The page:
One in three Covid-19 survivors receive a neurological or psychiatric diagnosis within six months of infection, a study has found.
University of Oxford research, published yesterday in The Lancet Psychiatry, looked at the health records of 236,379 US Covid patients – and compared them with 105,579 patients diagnosed with influenza and 236,038 with any respiratory tract infection.
It found 34% of people with Covid-19 were diagnosed with a neurological or mental health disorder within half a year of being infected. This incidence was higher than following other respiratory infections studied, even after considering other risk factors such as age and sex.
For 13% of the people diagnosed, it was the first neurological or psychiatric diagnosis they had ever received – and the more severely ill with Covid the patient has been, the more the risk of developing a condition was found to increase.
Study co-author Dr Max Taquet said: ‘We now need to see what happens beyond six months. The study cannot reveal the mechanisms involved, but does point to the need for urgent research to identify these, with a view to preventing or treating them.’
Overall, there was a 44% greater risk of neurological and mental health disorders after Covid-19 than after flu, and a 16% greater risk than after respiratory tract infections.
The most common diagnoses were anxiety disorders (in 17% of patients), mood disorders (14%), substance misuse disorders (7%) and insomnia (5%).
Neurological disorders were less likely, including 0.6% for brain haemorrhage, 2.1% for ischaemic stroke and 0.7% for dementia.
A neurological or psychiatric diagnosis occurred in 39% of those who were admitted to hospital, 46% of those in intensive care, and 62% in those who had encephalopathy – described as ‘delirium and other altered mental states’ – during their Covid-19 infection.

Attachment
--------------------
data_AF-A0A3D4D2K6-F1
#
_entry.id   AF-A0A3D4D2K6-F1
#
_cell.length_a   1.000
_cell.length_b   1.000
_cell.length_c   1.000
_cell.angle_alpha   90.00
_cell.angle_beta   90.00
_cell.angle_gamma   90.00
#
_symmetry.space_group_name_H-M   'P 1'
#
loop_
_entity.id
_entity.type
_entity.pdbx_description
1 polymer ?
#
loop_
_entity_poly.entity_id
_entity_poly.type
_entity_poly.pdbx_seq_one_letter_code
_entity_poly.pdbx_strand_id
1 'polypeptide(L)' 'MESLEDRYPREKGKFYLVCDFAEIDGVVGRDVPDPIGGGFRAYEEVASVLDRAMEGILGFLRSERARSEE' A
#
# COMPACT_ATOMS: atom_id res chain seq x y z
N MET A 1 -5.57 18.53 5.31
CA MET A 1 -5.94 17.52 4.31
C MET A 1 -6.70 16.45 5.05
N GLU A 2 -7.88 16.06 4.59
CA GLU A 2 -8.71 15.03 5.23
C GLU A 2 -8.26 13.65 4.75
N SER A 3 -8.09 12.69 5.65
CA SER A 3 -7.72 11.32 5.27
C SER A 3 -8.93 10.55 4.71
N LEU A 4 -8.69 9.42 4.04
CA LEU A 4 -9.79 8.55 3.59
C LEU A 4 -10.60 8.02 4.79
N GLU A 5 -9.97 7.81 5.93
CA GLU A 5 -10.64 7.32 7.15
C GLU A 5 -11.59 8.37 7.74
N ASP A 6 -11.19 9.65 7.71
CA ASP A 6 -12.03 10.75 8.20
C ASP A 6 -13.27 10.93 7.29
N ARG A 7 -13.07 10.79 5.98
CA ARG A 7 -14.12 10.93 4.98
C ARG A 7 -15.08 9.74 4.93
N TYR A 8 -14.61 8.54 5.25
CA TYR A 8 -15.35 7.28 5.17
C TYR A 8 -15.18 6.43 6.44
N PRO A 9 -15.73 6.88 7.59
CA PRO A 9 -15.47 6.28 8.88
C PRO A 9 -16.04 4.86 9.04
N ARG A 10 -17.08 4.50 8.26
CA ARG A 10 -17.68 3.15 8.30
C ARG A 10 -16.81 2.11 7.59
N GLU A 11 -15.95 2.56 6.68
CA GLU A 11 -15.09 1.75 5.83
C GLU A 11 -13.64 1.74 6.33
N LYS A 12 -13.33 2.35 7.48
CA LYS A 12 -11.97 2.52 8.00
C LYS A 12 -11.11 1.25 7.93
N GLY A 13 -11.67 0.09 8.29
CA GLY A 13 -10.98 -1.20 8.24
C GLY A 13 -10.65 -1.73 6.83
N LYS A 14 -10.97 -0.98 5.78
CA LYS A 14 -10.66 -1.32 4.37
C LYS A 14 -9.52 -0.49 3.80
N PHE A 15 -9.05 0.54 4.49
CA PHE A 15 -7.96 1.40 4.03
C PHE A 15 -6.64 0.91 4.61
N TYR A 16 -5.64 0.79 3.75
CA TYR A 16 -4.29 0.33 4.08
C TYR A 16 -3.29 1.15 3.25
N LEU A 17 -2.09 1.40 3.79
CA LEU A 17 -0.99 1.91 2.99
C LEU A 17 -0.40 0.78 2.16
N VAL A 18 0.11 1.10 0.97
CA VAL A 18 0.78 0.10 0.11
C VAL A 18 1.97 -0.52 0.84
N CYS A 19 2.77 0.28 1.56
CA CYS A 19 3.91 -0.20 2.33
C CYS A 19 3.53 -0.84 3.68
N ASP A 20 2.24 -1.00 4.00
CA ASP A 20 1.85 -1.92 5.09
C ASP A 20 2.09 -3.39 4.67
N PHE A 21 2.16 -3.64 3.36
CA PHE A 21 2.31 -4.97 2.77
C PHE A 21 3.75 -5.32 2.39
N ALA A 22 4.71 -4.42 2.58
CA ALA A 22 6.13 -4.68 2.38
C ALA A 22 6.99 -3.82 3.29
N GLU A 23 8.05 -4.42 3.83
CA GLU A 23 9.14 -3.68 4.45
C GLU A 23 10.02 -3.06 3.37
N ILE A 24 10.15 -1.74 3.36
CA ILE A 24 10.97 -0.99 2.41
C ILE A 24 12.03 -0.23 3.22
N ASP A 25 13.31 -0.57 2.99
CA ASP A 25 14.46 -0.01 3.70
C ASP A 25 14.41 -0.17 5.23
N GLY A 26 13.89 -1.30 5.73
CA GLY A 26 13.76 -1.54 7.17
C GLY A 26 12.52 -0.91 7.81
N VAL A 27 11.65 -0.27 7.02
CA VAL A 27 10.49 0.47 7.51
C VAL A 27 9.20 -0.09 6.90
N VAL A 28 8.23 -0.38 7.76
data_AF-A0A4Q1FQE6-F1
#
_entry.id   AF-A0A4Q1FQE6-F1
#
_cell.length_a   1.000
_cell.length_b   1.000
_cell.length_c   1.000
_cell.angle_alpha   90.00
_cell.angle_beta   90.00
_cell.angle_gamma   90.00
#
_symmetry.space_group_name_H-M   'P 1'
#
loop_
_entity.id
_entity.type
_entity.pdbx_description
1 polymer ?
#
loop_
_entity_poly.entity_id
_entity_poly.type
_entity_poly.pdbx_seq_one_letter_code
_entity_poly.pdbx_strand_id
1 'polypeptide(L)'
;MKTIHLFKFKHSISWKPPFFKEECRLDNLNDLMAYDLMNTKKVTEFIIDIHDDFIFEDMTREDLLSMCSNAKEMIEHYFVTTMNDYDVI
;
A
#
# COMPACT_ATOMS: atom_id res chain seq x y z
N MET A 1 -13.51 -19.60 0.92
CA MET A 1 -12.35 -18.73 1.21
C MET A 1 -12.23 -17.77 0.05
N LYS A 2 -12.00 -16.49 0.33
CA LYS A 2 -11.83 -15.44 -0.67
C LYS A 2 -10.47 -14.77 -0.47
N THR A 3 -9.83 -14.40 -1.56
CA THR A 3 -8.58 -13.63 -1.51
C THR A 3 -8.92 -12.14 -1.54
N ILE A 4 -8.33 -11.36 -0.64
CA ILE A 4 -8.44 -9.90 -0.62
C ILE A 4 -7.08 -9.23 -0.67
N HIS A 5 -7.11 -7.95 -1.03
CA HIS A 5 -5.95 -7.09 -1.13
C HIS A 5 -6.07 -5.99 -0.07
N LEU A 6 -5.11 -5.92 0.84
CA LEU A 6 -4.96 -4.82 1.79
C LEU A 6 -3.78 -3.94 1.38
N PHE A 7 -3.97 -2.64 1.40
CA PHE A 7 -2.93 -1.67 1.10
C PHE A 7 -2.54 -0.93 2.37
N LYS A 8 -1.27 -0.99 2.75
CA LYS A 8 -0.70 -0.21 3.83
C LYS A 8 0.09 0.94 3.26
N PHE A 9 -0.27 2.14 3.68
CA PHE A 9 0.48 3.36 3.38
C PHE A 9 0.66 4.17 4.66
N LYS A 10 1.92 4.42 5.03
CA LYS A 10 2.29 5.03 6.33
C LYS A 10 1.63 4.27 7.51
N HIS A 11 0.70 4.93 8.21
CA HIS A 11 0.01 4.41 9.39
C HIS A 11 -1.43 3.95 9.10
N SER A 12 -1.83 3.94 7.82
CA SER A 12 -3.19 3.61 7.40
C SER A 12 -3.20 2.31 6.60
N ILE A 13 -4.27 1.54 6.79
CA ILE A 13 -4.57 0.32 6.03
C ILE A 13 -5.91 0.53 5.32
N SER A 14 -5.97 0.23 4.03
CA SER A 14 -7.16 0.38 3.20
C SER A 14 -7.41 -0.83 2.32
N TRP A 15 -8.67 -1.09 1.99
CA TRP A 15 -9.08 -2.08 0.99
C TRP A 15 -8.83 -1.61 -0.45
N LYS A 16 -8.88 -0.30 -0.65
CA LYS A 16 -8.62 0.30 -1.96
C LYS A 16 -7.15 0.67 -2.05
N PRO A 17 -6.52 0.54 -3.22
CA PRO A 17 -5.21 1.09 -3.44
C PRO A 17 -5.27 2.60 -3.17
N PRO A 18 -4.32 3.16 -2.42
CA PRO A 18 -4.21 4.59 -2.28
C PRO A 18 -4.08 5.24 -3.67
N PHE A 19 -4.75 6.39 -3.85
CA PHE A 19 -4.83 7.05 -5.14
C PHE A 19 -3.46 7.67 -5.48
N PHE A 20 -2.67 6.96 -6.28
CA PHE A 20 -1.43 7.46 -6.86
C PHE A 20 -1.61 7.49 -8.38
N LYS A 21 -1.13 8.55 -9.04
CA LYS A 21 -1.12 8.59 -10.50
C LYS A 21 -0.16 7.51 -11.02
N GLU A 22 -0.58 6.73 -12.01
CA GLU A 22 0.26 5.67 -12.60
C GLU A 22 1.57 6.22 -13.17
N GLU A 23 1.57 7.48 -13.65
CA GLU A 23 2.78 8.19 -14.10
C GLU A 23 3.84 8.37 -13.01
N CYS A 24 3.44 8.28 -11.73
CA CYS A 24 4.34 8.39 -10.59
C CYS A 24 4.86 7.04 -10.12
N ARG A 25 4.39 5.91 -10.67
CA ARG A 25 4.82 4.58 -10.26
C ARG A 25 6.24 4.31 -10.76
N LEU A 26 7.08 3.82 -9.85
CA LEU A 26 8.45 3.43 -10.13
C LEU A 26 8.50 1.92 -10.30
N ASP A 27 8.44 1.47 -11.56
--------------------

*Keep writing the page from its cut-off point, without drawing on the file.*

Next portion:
The authors argued that ‘urgent’ research was needed to understand how and why such disorders are more likely to develop, given the ‘substantial effects on health and social care systems likely to occur’.
The Alzheimer’s Society head of research Dr Sara Imarisio agreed that ‘it is important that researchers get to the bottom of what underlies these findings’.
She explained: ‘While this study analysed data from the first six months following a Covid-19 diagnosis, this increased risk may not be limited to this time frame.
‘Given that the peak of Covid-19 hospitalisations in the UK occurred in January this year, and we already expect a backlog of people waiting to come forward or be seen about memory concerns, services must be prepared to deal with a large number of potential dementia cases.’
She added: ‘While Covid-19 has already had a disproportionate effect on people with dementia in many ways, these neurological impacts are an additional concern and must be a focus of future research efforts into the long-term impact of the virus.’
In November last year, researchers found that nearly one in five people (18.1%) with Covid-19 receive a diagnosis of anxiety, depression or insomnia within three months.